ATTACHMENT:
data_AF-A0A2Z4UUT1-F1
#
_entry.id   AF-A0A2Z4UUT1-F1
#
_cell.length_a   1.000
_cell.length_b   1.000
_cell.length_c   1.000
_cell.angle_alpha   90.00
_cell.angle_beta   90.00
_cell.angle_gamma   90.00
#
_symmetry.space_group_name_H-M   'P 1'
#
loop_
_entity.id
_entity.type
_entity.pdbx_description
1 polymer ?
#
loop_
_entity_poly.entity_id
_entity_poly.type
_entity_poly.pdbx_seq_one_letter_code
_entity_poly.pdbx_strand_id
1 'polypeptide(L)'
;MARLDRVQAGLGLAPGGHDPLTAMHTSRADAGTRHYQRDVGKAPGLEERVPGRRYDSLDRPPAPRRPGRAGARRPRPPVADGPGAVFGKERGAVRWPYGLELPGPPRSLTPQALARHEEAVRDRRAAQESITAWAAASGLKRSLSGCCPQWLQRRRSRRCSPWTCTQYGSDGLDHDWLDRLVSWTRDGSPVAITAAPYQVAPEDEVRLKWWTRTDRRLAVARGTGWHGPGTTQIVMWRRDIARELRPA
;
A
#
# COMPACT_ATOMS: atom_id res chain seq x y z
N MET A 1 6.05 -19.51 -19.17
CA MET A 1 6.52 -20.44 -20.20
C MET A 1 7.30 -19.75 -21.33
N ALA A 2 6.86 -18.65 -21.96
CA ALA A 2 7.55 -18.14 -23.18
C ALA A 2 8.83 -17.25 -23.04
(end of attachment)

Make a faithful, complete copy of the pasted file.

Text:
data_AF-A0A2Z4UUT1-F1
#
_entry.id   AF-A0A2Z4UUT1-F1
#
_cell.length_a   1.000
_cell.length_b   1.000
_cell.length_c   1.000
_cell.angle_alpha   90.00
_cell.angle_beta   90.00
_cell.angle_gamma   90.00
#
_symmetry.space_group_name_H-M   'P 1'
#
loop_
_entity.id
_entity.type
_entity.pdbx_description
1 polymer ?
#
loop_
_entity_poly.entity_id
_entity_poly.type
_entity_poly.pdbx_seq_one_letter_code
_entity_poly.pdbx_strand_id
1 'polypeptide(L)'
;MARLDRVQAGLGLAPGGHDPLTAMHTSRADAGTRHYQRDVGKAPGLEERVPGRRYDSLDRPPAPRRPGRAGARRPRPPVADGPGAVFGKERGAVRWPYGLELPGPPRSLTPQALARHEEAVRDRRAAQESITAWAAASGLKRSLSGCCPQWLQRRRSRRCSPWTCTQYGSDGLDHDWLDRLVSWTRDGSPVAITAAPYQVAPEDEVRLKWWTRTDRRLAVARGTGWHGPGTTQIVMWRRDIARELRPA
;
A
#
# COMPACT_ATOMS: atom_id res chain seq x y z
N MET A 1 6.05 -19.51 -19.17
CA MET A 1 6.52 -20.44 -20.20
C MET A 1 7.30 -19.75 -21.33
N ALA A 2 6.86 -18.65 -21.96
CA ALA A 2 7.55 -18.14 -23.18
C ALA A 2 8.83 -17.25 -23.04